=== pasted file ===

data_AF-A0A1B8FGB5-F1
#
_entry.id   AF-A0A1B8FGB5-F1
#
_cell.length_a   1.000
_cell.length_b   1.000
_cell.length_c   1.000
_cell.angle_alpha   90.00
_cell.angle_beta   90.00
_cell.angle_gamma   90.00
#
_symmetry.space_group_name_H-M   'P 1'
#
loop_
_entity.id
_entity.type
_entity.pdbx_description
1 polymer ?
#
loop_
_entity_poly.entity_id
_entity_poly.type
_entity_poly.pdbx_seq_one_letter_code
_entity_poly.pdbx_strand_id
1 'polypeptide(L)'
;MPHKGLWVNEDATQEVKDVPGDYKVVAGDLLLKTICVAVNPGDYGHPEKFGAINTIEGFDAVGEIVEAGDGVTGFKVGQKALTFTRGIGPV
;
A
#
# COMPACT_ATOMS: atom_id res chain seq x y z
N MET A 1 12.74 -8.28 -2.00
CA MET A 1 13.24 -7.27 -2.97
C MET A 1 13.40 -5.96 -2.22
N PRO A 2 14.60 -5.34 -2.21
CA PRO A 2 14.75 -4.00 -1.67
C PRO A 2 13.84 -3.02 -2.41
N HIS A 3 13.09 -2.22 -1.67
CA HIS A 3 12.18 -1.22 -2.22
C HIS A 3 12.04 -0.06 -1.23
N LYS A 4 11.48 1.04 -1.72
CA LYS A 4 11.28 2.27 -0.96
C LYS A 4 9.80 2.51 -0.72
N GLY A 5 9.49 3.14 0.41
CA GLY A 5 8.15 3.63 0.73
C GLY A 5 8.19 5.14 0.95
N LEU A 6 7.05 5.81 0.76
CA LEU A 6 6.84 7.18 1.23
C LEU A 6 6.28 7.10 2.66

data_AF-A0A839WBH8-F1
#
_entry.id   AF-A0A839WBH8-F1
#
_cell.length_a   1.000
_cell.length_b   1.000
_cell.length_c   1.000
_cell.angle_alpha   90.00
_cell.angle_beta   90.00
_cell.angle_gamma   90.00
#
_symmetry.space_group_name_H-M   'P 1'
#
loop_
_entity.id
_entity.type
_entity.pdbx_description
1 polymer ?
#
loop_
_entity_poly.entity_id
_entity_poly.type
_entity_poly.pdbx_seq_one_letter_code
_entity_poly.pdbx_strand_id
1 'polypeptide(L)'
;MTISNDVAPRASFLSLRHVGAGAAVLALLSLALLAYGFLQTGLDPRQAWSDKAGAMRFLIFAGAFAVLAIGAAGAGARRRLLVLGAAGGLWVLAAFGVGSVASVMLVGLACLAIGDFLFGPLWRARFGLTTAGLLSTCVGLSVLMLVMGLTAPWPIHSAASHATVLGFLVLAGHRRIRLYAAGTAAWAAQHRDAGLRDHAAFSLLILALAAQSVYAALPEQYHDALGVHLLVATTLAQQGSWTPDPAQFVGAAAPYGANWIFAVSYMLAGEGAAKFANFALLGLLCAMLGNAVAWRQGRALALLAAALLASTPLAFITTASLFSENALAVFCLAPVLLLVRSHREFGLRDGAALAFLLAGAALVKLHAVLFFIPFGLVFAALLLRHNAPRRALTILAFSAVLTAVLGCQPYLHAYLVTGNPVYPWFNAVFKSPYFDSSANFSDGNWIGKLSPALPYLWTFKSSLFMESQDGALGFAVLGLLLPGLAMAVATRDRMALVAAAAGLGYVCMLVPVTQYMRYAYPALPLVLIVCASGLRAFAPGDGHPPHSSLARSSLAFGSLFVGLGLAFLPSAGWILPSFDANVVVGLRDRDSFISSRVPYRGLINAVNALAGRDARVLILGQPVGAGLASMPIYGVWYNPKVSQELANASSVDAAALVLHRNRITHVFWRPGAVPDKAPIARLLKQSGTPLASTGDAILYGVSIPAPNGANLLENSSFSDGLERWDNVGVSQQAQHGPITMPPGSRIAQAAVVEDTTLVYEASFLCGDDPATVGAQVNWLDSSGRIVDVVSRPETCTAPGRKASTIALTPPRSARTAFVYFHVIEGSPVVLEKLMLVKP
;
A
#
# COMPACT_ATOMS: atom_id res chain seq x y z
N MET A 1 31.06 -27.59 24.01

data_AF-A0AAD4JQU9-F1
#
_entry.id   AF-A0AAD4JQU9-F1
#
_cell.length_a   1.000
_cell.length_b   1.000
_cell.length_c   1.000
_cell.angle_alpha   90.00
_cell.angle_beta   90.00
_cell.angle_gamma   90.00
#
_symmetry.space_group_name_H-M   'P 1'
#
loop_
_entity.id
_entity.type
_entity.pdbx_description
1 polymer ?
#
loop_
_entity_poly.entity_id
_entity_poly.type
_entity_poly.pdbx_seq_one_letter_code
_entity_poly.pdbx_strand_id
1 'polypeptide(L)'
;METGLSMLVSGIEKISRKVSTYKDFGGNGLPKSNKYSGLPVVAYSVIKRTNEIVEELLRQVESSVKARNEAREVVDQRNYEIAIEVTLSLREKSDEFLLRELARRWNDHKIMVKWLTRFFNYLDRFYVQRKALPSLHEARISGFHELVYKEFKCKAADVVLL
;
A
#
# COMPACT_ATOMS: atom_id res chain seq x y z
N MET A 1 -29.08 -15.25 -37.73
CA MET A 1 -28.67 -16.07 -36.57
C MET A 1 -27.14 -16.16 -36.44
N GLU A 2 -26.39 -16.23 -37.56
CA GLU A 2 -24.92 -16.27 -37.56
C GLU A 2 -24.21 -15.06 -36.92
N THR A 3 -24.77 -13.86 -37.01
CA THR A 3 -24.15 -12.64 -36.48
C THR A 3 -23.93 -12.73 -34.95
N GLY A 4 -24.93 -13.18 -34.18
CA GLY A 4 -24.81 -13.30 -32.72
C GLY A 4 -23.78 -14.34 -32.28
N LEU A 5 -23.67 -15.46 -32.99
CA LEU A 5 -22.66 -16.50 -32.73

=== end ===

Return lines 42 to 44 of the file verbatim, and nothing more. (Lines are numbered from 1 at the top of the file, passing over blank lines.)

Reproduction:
C LYS A 4 9.80 2.51 -0.72
N GLY A 5 9.49 3.14 0.41
CA GLY A 5 8.15 3.63 0.73